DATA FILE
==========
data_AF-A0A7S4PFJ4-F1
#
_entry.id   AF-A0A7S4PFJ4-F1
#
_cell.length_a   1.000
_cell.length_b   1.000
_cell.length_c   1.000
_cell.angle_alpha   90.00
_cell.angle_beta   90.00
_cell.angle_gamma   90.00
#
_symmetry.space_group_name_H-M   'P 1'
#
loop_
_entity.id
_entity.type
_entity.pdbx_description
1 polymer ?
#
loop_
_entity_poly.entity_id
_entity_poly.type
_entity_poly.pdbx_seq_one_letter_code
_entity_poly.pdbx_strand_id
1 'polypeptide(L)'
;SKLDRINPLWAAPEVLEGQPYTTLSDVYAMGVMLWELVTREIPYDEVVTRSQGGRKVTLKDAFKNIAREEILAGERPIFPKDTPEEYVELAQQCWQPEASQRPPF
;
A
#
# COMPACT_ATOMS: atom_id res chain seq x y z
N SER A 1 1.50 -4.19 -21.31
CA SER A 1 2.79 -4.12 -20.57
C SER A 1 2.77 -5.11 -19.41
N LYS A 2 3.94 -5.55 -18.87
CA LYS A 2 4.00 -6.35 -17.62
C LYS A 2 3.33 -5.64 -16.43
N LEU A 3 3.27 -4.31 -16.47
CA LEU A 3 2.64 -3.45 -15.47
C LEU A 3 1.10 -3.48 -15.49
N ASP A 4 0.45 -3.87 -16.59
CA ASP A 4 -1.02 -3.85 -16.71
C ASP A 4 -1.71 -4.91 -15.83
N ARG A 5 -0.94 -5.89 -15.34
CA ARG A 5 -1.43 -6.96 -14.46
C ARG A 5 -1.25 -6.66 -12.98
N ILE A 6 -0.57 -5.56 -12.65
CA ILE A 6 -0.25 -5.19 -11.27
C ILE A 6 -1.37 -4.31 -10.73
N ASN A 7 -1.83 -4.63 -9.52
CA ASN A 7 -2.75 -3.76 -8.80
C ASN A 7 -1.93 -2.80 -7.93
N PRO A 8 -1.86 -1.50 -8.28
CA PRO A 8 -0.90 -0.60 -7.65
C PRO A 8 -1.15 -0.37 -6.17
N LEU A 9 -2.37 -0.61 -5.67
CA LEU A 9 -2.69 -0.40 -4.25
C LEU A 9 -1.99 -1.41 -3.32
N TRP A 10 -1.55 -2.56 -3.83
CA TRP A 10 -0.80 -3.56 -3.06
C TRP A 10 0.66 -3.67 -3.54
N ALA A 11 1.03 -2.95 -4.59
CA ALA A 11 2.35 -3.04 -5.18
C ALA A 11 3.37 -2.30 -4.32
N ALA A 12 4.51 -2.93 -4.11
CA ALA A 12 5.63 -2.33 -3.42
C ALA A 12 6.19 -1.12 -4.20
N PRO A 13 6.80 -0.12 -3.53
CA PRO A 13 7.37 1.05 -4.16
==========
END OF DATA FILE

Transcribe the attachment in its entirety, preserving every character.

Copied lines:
data_AF-A0A7S4PFJ4-F1
#
_entry.id   AF-A0A7S4PFJ4-F1
#
_cell.length_a   1.000
_cell.length_b   1.000
_cell.length_c   1.000
_cell.angle_alpha   90.00
_cell.angle_beta   90.00
_cell.angle_gamma   90.00
#
_symmetry.space_group_name_H-M   'P 1'
#
loop_
_entity.id
_entity.type
_entity.pdbx_description
1 polymer ?
#
loop_
_entity_poly.entity_id
_entity_poly.type
_entity_poly.pdbx_seq_one_letter_code
_entity_poly.pdbx_strand_id
1 'polypeptide(L)'
;SKLDRINPLWAAPEVLEGQPYTTLSDVYAMGVMLWELVTREIPYDEVVTRSQGGRKVTLKDAFKNIAREEILAGERPIFPKDTPEEYVELAQQCWQPEASQRPPF
;
A
#
# COMPACT_ATOMS: atom_id res chain seq x y z
N SER A 1 1.50 -4.19 -21.31
CA SER A 1 2.79 -4.12 -20.57
C SER A 1 2.77 -5.11 -19.41
N LYS A 2 3.94 -5.55 -18.87
CA LYS A 2 4.00 -6.35 -17.62
C LYS A 2 3.33 -5.64 -16.43
N LEU A 3 3.27 -4.31 -16.47
CA LEU A 3 2.64 -3.45 -15.47
C LEU A 3 1.10 -3.48 -15.49
N ASP A 4 0.45 -3.87 -16.59
CA ASP A 4 -1.02 -3.85 -16.71
C ASP A 4 -1.71 -4.91 -15.83
N ARG A 5 -0.94 -5.89 -15.34
CA ARG A 5 -1.43 -6.96 -14.46
C ARG A 5 -1.25 -6.66 -12.98
N ILE A 6 -0.57 -5.56 -12.65
CA ILE A 6 -0.25 -5.19 -11.27
C ILE A 6 -1.37 -4.31 -10.73
N ASN A 7 -1.83 -4.63 -9.52
CA ASN A 7 -2.75 -3.76 -8.80
C ASN A 7 -1.93 -2.80 -7.93
N PRO A 8 -1.86 -1.50 -8.28
CA PRO A 8 -0.90 -0.60 -7.65
C PRO A 8 -1.15 -0.37 -6.17
N LEU A 9 -2.37 -0.61 -5.67
CA LEU A 9 -2.69 -0.40 -4.25
C LEU A 9 -1.99 -1.41 -3.32
N TRP A 10 -1.55 -2.56 -3.83
CA TRP A 10 -0.80 -3.56 -3.06
C TRP A 10 0.66 -3.67 -3.54
N ALA A 11 1.03 -2.95 -4.59
CA ALA A 11 2.35 -3.04 -5.18
C ALA A 11 3.37 -2.30 -4.32
N ALA A 12 4.51 -2.93 -4.11
CA ALA A 12 5.63 -2.33 -3.42
C ALA A 12 6.19 -1.12 -4.20
N PRO A 13 6.80 -0.12 -3.53
CA PRO A 13 7.37 1.05 -4.16